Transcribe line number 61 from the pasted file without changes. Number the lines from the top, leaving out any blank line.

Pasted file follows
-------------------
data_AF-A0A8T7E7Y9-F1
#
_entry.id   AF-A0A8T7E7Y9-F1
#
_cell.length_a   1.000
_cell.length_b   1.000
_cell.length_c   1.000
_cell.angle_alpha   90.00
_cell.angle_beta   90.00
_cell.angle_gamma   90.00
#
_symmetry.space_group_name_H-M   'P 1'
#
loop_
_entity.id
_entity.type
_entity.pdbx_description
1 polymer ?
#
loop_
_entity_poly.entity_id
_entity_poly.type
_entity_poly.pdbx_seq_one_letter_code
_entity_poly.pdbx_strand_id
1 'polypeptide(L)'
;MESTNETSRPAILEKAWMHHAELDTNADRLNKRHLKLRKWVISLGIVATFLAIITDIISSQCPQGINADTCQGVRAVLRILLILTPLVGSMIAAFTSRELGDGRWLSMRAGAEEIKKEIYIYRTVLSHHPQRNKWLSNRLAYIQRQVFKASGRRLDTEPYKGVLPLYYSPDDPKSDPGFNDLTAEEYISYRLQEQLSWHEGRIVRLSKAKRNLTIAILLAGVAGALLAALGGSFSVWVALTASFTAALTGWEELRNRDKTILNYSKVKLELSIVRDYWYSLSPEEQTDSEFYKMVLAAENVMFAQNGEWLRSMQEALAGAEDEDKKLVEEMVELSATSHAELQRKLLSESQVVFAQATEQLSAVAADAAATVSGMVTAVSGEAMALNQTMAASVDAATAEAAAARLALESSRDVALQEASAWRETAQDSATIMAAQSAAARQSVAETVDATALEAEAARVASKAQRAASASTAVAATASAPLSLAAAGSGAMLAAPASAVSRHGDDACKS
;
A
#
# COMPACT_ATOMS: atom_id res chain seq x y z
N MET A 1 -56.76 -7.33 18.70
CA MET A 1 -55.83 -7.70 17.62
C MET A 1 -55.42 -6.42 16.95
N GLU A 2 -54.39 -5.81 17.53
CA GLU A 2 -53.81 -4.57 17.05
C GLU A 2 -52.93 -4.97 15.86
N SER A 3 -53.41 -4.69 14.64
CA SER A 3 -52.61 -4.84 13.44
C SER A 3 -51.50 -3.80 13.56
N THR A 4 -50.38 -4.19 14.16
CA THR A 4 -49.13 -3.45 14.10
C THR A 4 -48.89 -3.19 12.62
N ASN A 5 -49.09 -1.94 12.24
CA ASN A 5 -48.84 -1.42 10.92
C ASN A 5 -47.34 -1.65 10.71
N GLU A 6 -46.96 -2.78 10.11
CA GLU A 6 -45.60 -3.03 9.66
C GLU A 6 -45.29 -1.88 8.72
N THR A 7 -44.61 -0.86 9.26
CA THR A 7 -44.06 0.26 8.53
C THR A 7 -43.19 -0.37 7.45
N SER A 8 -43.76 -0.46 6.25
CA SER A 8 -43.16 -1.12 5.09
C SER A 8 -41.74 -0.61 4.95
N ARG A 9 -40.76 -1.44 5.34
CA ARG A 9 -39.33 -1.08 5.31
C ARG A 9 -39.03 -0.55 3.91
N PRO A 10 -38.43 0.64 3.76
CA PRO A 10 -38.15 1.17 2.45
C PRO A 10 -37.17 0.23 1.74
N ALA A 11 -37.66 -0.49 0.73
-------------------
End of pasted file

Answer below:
N ALA A 11 -37.66 -0.49 0.73